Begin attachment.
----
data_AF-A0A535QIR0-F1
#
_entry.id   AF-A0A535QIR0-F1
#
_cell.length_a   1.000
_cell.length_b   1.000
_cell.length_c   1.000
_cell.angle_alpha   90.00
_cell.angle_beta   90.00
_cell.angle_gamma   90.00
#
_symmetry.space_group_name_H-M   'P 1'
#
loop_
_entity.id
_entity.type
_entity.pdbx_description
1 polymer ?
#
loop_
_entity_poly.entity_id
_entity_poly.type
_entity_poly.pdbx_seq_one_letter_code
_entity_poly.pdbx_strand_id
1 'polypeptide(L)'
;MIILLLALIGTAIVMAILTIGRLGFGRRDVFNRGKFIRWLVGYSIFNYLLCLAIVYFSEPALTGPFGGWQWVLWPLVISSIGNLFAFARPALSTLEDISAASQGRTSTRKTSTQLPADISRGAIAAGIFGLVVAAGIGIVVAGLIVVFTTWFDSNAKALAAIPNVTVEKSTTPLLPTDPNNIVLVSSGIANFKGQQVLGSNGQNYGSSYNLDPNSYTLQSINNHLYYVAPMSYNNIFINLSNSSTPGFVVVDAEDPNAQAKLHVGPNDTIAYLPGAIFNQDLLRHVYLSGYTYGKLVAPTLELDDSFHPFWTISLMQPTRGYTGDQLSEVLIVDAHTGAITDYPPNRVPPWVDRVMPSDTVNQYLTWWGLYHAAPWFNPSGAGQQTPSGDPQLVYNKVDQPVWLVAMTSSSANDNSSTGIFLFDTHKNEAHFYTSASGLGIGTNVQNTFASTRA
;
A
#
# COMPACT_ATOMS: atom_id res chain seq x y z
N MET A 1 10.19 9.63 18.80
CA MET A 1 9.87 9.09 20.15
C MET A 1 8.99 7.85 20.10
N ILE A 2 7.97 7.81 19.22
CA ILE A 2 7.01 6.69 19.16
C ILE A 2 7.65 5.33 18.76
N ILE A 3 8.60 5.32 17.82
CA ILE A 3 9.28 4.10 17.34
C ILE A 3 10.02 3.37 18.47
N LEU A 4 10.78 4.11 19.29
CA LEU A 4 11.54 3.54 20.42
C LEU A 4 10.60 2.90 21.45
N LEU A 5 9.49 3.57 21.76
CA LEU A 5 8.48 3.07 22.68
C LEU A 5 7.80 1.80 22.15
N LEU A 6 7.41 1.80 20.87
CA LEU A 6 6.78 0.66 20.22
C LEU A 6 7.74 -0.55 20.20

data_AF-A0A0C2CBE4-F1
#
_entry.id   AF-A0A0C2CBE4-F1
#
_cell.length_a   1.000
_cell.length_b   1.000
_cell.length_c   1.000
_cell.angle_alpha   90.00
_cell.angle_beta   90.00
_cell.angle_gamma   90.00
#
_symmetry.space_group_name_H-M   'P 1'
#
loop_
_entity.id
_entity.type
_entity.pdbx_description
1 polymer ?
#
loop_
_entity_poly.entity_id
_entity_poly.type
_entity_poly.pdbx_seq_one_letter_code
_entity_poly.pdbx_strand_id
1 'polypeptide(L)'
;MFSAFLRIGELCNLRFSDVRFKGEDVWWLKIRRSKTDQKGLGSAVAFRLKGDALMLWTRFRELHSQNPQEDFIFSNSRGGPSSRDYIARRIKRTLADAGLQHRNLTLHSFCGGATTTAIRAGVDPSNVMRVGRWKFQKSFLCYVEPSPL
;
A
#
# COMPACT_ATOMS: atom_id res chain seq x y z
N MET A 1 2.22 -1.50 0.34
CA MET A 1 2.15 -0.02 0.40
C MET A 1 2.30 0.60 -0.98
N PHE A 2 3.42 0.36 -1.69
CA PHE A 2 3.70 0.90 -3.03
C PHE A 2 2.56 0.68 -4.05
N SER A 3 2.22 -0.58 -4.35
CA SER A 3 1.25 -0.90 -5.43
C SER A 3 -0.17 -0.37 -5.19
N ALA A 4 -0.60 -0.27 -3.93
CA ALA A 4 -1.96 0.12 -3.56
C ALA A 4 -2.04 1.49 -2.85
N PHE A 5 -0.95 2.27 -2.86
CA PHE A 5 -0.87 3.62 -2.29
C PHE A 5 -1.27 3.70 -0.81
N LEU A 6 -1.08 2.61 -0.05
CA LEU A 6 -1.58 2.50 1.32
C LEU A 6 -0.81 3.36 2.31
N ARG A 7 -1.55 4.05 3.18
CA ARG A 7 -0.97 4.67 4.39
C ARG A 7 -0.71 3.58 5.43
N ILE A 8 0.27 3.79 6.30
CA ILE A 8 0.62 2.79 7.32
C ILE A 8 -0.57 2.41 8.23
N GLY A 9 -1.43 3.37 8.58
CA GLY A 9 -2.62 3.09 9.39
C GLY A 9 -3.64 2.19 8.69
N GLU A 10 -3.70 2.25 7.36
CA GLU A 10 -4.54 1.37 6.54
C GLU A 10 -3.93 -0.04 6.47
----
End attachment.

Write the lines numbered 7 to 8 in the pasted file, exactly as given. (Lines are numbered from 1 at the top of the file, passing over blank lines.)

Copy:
_cell.length_c   1.000
_cell.angle_alpha   90.00